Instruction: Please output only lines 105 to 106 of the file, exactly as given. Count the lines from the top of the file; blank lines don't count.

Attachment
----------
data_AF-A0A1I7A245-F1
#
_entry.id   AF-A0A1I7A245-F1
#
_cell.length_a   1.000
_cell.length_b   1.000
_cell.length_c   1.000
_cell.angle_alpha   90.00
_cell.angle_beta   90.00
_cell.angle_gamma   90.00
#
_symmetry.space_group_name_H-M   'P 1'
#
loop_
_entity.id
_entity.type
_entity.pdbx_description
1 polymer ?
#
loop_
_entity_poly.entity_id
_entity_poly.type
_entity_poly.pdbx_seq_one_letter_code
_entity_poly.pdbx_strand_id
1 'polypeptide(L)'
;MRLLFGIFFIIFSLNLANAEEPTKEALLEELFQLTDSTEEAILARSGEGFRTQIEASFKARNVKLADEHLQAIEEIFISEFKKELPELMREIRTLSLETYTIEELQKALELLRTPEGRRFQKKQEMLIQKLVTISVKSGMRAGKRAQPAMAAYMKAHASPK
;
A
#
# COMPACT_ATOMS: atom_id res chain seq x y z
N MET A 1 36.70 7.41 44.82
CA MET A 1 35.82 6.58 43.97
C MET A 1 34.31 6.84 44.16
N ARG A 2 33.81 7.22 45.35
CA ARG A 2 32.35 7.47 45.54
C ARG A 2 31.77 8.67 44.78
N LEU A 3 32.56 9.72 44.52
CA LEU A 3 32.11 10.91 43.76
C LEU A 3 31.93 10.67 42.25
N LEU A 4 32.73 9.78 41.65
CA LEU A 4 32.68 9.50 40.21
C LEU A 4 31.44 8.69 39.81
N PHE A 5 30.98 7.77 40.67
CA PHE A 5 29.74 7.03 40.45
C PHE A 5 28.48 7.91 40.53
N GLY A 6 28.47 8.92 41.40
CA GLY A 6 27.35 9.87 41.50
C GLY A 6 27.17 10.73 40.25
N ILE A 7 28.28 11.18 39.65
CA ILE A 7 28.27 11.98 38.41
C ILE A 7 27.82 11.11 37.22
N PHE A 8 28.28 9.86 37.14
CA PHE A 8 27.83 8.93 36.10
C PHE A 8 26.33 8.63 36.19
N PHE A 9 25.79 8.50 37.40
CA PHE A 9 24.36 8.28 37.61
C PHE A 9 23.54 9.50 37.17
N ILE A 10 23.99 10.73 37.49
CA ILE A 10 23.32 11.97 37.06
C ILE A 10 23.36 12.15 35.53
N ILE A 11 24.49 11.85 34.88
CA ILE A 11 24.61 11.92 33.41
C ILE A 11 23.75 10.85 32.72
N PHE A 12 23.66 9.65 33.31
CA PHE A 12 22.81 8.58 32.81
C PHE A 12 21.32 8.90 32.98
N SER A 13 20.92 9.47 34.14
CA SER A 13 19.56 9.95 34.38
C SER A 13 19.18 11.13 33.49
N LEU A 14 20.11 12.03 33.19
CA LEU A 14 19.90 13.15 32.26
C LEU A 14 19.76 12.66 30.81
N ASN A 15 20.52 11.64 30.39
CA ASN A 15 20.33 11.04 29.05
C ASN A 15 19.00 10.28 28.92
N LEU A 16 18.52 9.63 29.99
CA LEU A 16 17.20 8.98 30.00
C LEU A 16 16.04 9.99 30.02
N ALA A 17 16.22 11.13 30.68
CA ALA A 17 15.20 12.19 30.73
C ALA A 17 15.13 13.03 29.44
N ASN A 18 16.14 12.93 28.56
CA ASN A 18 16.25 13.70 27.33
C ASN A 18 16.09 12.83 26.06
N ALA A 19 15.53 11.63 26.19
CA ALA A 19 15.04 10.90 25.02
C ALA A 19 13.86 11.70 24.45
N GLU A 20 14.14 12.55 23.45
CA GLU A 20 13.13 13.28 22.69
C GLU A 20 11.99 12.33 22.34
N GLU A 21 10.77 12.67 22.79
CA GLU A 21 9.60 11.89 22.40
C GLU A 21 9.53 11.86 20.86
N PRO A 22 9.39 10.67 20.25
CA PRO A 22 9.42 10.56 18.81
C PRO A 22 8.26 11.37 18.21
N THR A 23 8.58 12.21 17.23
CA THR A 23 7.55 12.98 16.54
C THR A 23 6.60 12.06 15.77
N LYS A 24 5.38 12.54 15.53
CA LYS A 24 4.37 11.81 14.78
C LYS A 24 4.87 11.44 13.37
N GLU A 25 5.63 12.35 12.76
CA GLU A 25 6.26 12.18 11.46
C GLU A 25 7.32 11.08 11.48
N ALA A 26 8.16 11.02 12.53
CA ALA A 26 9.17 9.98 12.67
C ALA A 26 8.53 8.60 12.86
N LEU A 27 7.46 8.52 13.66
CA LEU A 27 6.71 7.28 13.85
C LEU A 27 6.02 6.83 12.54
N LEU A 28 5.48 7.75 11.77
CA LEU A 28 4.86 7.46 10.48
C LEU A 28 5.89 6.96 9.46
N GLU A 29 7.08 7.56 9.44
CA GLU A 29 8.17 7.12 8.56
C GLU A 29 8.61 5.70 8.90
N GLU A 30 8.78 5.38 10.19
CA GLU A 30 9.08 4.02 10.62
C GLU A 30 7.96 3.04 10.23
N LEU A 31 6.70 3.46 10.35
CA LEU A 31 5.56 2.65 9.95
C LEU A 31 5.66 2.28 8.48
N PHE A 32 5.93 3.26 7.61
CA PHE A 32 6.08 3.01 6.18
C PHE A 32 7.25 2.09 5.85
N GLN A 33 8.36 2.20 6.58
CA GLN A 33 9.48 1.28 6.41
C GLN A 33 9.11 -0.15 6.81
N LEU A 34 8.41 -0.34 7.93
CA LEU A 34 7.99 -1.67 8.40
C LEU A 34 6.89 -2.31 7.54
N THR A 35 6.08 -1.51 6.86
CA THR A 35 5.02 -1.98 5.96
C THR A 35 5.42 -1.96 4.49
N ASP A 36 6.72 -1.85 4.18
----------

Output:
C GLU A 25 7.32 11.08 11.48
N ALA A 26 8.16 11.02 12.53